(2.) The key of discipline, which is but the application of the former to particular persons, upon a right estimate of their characters and actions. It is not legislative power that is hereby conferred, but judicial; the judge doth not make the law, but only declares what is law, and upon an impartial enquiry into the merits of the cause, gives sentence accordingly. Such is the power of the keys, wherever it is lodged, with reference to church-membership and the privileges thereof.
[1.] Christ's ministers have a power to admit into the church; “Go, disciple all nations, baptizing them; those who profess faith in Christ, and obedience to him, admit them and their seed members of the church by baptism.” Ministers are to let in to the wedding-feast those that are bidden; and to keep out such as are apparently unfit for so holy a communion.
[2.] They have a power to expel and cast out such as have forfeited their church-membership, that is binding; refusing to unbelievers the application of gospel promises and the seals of them; and declaring to such as appear to be in the gall of bitterness and bond of iniquity, that they have no part or lot in the matter, as Peter did to Simon Magus, though he had been baptized; and this is a binding over to the judgment of God.
[3.] They have a power to restore and to receive in again, upon their repentance, such as had been thrown out; to loose those whom they had bound; declaring to them, that, if their repentance be sincere, the promise of pardon belongs to them. The apostles had a miraculous gift of discerning spirits; yet even they went by the rule of outward appearances (as Act_8:21; 1Co_5:1; 2Co_2:7; 1Ti_1:20), which ministers may still make a judgment upon, if they be skilful and faithful.
Gill's Commentary States:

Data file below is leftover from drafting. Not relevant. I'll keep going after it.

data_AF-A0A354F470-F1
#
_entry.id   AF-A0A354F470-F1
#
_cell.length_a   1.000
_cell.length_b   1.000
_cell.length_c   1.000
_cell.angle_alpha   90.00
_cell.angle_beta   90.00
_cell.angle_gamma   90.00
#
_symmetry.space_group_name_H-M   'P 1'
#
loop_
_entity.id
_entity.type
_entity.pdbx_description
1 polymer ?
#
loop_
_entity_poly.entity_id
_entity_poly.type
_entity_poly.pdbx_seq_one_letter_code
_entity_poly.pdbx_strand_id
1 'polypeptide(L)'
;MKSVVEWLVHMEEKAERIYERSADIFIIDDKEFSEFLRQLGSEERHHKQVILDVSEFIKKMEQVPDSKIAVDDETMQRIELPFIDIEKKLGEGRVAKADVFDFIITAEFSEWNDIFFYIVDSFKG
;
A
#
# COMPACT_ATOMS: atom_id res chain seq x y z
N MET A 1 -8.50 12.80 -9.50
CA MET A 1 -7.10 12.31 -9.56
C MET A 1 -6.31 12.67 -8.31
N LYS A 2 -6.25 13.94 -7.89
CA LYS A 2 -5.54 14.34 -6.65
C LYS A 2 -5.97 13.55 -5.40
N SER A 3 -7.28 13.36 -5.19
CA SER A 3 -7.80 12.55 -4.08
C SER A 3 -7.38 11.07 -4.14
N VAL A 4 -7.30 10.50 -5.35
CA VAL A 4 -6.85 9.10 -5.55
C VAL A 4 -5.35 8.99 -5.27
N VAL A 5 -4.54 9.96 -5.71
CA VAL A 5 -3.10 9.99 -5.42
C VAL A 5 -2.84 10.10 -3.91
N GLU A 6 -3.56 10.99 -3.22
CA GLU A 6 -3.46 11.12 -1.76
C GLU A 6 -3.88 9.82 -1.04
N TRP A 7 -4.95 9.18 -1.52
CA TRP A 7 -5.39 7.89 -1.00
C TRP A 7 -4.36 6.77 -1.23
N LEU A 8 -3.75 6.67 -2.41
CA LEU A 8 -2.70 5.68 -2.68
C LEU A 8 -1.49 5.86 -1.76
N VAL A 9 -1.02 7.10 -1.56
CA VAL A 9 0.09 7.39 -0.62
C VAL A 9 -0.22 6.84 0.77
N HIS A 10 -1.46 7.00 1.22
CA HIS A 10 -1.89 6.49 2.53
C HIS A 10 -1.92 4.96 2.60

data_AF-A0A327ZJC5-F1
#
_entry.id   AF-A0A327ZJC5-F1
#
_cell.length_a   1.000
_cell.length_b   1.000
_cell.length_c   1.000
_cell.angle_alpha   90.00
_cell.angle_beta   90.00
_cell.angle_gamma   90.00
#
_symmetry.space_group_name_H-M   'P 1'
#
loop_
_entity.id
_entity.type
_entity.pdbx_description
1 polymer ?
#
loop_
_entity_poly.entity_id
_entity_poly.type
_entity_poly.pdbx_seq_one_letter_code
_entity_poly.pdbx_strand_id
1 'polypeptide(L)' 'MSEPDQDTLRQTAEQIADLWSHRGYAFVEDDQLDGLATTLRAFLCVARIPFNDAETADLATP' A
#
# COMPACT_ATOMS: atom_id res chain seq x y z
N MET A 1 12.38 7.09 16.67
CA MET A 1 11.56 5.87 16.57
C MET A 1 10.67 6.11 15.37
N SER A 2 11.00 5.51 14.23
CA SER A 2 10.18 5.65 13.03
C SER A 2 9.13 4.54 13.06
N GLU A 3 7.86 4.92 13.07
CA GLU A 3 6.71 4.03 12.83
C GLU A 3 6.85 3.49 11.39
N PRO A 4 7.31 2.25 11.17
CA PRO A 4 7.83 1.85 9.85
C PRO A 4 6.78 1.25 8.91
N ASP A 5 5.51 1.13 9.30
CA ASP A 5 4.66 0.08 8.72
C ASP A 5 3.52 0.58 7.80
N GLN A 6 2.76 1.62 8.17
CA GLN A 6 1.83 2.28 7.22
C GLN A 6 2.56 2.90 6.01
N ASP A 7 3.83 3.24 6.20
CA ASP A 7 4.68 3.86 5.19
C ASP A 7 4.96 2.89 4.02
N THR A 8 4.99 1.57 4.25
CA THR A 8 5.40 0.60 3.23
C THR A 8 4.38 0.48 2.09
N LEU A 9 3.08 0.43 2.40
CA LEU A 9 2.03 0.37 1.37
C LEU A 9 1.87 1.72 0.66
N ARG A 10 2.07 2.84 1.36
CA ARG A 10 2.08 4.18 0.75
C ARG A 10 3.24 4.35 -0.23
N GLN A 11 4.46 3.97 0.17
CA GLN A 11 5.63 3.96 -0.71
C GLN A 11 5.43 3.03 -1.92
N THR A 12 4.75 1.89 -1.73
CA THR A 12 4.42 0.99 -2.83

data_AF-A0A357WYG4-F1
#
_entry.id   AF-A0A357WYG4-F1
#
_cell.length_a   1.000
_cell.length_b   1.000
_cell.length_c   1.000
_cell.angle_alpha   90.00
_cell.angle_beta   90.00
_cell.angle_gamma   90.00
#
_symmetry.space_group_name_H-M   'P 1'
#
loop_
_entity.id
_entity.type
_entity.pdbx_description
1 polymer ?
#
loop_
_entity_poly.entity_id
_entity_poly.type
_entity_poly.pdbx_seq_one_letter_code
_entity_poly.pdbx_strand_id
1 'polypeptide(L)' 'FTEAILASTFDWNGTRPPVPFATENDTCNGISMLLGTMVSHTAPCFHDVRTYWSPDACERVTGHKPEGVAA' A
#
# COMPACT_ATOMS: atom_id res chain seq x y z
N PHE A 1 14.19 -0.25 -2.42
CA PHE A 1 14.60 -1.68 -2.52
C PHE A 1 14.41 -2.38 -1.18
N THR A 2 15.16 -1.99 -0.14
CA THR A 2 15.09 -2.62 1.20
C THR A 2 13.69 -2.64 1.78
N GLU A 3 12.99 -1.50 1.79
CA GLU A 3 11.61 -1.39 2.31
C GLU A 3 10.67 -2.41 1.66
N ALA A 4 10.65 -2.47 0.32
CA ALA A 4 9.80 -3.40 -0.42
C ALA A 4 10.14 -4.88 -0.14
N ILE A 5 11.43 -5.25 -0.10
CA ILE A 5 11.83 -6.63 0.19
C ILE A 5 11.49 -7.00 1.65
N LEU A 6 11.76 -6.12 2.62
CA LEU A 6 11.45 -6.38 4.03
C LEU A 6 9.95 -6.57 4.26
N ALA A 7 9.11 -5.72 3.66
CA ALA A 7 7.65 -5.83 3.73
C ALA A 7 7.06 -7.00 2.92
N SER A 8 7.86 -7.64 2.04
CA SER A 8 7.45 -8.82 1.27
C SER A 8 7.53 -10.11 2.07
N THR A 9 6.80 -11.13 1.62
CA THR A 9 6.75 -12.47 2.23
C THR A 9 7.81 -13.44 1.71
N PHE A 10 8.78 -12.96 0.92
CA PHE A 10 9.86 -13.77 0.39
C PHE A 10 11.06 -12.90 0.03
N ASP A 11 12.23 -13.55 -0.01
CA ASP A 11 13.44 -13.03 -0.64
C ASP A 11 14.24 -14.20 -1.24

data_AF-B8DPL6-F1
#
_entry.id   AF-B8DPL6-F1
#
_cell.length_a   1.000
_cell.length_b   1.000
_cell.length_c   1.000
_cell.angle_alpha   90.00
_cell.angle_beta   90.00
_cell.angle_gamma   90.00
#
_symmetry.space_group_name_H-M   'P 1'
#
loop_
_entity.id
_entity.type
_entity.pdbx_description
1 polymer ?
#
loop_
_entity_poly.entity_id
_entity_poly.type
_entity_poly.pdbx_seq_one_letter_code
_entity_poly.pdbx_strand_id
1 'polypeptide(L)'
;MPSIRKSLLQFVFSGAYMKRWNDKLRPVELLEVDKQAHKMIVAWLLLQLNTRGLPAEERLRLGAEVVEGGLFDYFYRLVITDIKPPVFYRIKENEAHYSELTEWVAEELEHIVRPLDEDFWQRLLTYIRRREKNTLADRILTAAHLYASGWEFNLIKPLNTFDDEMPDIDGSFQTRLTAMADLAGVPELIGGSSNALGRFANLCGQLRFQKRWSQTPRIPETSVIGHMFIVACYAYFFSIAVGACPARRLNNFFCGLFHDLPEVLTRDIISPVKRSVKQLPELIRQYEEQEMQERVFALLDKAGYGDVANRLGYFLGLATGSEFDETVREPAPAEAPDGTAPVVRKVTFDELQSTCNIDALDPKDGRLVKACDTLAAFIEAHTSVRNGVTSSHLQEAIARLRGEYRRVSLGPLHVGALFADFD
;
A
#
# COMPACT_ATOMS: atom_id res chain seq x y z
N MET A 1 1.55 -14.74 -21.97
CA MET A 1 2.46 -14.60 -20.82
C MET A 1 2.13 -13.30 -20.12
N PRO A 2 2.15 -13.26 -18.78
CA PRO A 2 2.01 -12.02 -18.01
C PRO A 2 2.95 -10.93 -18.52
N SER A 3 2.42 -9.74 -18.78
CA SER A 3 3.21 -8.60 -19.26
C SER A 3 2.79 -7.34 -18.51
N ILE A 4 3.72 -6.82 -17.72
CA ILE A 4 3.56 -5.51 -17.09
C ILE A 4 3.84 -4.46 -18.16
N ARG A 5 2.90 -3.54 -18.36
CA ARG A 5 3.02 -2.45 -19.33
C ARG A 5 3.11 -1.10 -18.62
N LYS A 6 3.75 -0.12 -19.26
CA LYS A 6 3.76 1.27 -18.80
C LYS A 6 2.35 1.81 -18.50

But Christ gave a greater power of binding and loosing, to his disciples, than these men had, and which they used to better purpose. The sense of the words is this, that Peter, and so the rest of the apostles, should be empowered with authority from him, and so directed by his Holy Spirit, that whatever they bound, that is, declared to be forbidden, and unlawful, should be so: and that whatever they loosed, that is, declared to be lawful, and free of use, should be so; and accordingly they bound some things which before were loosed, and loosed some things which before were bound; for instance, they bound, that is, prohibited, or declared unlawful, the use of circumcision, which before, and until the death of Christ, was enjoined the natural seed of Abraham; but that, and all ceremonies, being abolished by the death of Christ, they declared it to be nothing, and of no avail, yea, hurtful and pernicious; that whoever was circumcised, Christ profited him nothing, and that he was a debtor to do the whole law: they affirmed, that the believing Gentiles were not to be troubled with it; that it was a yoke not fit to be put upon their necks, which they, and their fathers, were not able to bear, Gal_5:1. They bound, or forbid the observance of days, months, times, and years; the keeping holy days, new moons, and sabbaths, which had been used in the Jewish church for ages past; such as the first day of the new year, and of every month, the day of atonement, the feasts of the passover, pentecost, and tabernacles, the jubilee year, the sabbatical year, and seventh day sabbath, Gal_4:9. They loosed, or declared lawful and free, both civil and religious conversation between Jews and Gentiles; whereas, before, the Jews had no dealings with the Gentiles, nor would not enter into their houses, nor keep company with them, would have no conversation with them; neither eat, nor drink with them; but now it was determined and declared, that no man should be called common, or unclean; and that in Christ Jesus, and in his church, there is no distinction of Jew and Gentile, Act_10:28. They also loosed, or pronounced lawful, the eating of any sort of food, without distinction, even that which was before counted common and unclean, being persuaded by the Lord Jesus Christ, by the words he said, Mat_15:11. They asserted, that there is nothing unclean of itself; and that the kingdom of God is not meat and drink; or that true religion does not lie in the observance of those things; that every creature of God is good, and fit for food, and nothing to be refused, or abstained from, on a religious account, provided it be received with thanksgiving, Rom_14:14. And these things now being by them bound or loosed, pronounced unlawful or lawful, are confirmed as such by the authority of God, and are so to be considered by us.